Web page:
I like the comparison with acting. Real empathy is comparable to deep acting, engage in emotional labor, generating empathy consistent emotional and cognitive reactions before and during empathic interactions with the patient.(Deep acting is comparable to the method-acting tradition used by some stage and screen actors). What can be learned by all medical students is surface acting or forging empathic behaviors toward the patient, absent of consistent emotional and cognitive reactions, or both.
Although deep acting is preferred, physicians may rely on surface acting when immediate emotional and cognitive understanding of patients is impossible.
What do you think about empathy and doctors, can it be learned? Am I being to pessimistic?
Let me know in the comments.
Previous posts in this series about patient doctor relationship: Empathy Consolation reduces stress Benbassat, J., Baumal, R. (2004). What Is Empathy, and How Can It Be Promoted during Clinical Clerkships?. Academic Medicine, 79(9), 832-839.
Supportive therapy in psychiatry is mostly done by unexperienced psychiatric residents during their training. Most residents as well as psychiatrists think that supportive therapy is just providing a sense of safety, support self esteem and hope, alternated by advice how patients should live their life, structure their day, get to work and behave. Psychiatrist the least qualified usually apply for the supervision of residents doing these therapies based on these premises.
To my opinion these kind of therapies are the hardest to do, need the most experienced and psychotherapeutic best qualified psychiatrists. Yes psychiatrists because this kind of therapy is mostly done with the most vulnerable patients with sever psychopathology and usually with several diagnoses. Sure residents can be trained in supportive therapy and they should be.
What makes supportive psychotherapy besides the patients in need for it so difficult?
It is not just common sense, interpersonal skills, and a capacity for empathy.To my opinion it is a psychotherapy as dimension of dynamic psychotherapy, to a greater or lesser extent depending on the particular context, problems, and needs of the person. Interpretive approaches and transference work must also be used with the so-called less suitable patients who have a history of immature object relations in this kind of treatment. But it has to be used wisely.
Supportive psychotherapy relies heavily on psychoanalysis in describing characteristic techniques, such as “improving ego functions,” “minimizing the focus on transferential material,” and “confronting maladaptive defenses,” thus assuming some familiarity with ego-psychological psychodynamic theory. For beginning psychotherapists it can hardly be expected to understand what it means to “manage” or “manipulate” the transference in supportive therapy and how this differs from “interpreting” the transference in a more exploratory treatment, let alone which patients under what circumstances require such “management” and why.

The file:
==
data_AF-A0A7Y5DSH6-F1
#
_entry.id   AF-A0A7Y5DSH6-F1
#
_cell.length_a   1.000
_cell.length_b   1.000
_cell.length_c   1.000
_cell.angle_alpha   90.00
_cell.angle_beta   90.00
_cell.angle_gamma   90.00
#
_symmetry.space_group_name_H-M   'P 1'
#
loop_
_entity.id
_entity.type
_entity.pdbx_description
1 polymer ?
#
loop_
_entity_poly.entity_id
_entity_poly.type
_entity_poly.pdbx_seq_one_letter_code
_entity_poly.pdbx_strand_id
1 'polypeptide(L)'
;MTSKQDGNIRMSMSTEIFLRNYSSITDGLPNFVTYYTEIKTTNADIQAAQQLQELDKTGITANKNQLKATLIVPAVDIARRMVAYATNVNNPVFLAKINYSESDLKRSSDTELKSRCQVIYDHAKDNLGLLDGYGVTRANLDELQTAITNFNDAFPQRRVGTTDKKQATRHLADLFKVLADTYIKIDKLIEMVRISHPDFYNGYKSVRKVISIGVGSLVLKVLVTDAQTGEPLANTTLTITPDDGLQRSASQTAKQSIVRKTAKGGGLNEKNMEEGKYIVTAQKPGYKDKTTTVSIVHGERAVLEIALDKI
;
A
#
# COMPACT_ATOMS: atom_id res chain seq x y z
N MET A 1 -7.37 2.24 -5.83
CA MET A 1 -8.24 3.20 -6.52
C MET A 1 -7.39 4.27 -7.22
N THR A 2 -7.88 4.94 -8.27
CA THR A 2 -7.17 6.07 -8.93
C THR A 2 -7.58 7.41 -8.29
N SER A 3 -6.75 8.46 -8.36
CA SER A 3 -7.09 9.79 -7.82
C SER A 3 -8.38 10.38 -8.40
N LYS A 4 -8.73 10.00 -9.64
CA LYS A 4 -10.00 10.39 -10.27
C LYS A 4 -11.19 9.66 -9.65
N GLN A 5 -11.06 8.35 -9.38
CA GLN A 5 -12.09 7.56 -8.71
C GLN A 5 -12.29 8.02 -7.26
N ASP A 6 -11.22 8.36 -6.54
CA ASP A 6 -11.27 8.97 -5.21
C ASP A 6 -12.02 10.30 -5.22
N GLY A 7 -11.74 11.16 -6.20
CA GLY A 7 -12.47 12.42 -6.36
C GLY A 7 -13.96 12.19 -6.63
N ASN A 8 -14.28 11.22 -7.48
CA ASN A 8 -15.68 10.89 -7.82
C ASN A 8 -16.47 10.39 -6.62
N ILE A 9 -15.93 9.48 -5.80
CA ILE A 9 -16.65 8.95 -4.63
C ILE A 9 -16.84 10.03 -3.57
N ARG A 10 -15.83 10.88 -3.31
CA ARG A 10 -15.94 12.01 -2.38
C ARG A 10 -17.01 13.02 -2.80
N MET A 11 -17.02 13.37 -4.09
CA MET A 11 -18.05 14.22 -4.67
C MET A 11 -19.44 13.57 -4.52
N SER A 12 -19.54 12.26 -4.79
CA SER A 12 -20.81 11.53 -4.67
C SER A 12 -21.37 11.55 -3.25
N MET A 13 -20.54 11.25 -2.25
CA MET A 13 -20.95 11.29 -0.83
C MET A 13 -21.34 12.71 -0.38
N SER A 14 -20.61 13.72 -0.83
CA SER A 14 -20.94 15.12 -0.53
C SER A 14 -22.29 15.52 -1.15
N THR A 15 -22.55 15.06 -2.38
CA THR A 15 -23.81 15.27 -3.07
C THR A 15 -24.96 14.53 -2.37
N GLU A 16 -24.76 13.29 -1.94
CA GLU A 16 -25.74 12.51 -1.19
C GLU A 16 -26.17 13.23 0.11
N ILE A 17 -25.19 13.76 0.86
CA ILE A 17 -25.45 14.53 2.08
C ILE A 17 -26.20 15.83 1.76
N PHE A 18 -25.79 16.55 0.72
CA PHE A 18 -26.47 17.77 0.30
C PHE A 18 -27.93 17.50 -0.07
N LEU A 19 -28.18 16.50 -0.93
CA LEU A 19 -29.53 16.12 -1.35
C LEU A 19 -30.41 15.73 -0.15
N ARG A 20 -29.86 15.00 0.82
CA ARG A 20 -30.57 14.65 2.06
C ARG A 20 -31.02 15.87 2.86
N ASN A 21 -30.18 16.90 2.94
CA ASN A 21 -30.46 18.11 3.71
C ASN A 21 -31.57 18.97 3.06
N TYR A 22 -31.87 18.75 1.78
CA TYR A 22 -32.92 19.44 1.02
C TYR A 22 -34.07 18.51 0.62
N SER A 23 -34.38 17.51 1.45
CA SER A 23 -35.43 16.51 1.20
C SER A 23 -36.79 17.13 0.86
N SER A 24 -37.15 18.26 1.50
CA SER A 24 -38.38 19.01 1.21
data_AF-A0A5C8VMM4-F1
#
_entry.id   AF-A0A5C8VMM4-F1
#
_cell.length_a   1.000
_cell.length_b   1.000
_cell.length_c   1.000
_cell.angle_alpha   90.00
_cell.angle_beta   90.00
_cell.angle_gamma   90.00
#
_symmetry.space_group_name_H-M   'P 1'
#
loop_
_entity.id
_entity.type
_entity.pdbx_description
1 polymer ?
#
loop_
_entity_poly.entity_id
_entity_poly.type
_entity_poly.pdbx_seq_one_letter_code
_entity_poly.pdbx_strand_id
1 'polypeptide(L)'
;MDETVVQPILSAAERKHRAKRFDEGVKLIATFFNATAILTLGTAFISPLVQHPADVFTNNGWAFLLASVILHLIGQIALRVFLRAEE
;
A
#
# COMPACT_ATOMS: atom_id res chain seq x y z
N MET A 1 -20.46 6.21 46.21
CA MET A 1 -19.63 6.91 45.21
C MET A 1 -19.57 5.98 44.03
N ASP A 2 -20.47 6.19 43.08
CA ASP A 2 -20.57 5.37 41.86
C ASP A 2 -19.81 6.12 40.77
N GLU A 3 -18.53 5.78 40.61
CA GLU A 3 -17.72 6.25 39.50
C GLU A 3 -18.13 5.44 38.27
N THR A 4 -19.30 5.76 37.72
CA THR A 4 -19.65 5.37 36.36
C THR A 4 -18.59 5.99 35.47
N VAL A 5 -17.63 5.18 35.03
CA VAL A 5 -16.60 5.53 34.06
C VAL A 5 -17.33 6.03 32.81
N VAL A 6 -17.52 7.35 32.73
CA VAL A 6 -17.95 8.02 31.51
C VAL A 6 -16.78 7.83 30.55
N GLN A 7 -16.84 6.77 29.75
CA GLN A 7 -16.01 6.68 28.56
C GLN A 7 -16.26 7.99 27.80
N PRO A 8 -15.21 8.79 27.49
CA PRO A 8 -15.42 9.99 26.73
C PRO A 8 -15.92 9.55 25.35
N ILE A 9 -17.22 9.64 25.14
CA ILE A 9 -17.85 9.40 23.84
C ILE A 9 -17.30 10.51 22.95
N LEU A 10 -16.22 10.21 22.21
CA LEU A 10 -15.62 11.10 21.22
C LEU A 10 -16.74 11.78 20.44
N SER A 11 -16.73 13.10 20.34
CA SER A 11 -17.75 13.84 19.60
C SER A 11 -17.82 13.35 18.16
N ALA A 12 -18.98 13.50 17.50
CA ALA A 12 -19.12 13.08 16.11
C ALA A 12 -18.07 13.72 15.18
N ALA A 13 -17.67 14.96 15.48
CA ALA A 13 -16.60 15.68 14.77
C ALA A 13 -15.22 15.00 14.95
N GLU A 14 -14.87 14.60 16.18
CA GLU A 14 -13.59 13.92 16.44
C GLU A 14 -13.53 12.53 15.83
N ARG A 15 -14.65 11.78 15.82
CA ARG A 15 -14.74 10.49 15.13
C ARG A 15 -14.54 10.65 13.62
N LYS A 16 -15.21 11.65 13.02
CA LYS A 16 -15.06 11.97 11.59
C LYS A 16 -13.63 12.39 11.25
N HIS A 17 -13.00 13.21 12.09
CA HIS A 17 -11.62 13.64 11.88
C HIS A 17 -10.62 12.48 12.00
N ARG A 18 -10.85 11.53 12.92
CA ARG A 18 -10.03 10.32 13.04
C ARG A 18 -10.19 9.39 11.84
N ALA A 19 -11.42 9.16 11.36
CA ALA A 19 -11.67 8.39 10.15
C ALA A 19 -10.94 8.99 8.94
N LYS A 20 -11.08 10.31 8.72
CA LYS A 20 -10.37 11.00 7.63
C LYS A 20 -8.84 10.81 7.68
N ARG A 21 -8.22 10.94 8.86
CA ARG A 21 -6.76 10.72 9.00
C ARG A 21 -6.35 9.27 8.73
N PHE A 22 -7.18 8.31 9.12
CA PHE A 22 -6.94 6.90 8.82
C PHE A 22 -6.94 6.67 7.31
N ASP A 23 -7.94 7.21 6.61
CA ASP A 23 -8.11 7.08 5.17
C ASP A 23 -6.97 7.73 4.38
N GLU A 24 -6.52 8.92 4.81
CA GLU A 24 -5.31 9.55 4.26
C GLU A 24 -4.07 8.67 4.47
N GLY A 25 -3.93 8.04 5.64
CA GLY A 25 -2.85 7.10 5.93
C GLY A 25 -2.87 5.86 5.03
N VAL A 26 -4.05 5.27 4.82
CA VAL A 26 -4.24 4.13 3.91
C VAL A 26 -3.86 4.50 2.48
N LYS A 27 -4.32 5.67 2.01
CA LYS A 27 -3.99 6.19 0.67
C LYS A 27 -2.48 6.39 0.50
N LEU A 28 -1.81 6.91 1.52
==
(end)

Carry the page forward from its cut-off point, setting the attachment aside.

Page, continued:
Without a good working hypotheses about the unconscious motives, feelings, and conflicts underlying a person’s distress, it is also difficult to see how they would have any basis for predicting what would be supportive or nonsupportive for the individual patient at any given moment in the treatment.
You also need to understand the differences between thinking psychoanalytically in providing support and acting like a psychoanalyst.One of the most important rules is: “Do not say everything you know, only what will be helpful.”
The supportive therapist helps the patient see things more clearly by supporting reality testing, tactfully challenging unrealistic ideas, and demonstrating more effective, less costly ways of defending while supporting adaptive defenses.you have to understand these different aspects in your patient before you can even work on it.
The main priority in supportive psychotherapy is to build a “holding environment” and to foster the therapeutic alliance. This is hard to dose, most unexperienced therapist remain to silent, distant.
It is hard to know about how responsive and self-revealing you should be, about what, and why. The best way to learn this is in supervision. Supervisors should feel free to share their own learning process, including any gaffes, confusion, and embarrassing moments they may have experienced along the way.
You should realize that small improvements can lead to bigger changes and that setting overly ambitious goals will only increase the likelihood of failure. Doing “just enough” is good enough—just enough to reduce anxiety,build self-esteem, instill hope, support deficient psychological functions, and improve overall functioning.
The biggest problem with this effective and satisfying kind of treatment is the lack of a clear definition, consensus about training and guidelines for supportive therapy.
This post is based on Teaching Supportive Psychotherapy to Psychiatric Residents by Carolyn J. Douglas, M.D. and published in the American Journal of Psychiatry 165:4, April 2008, but holds the views of the author of this post: Dr Shock By the way it is an excellent account of supportive therapy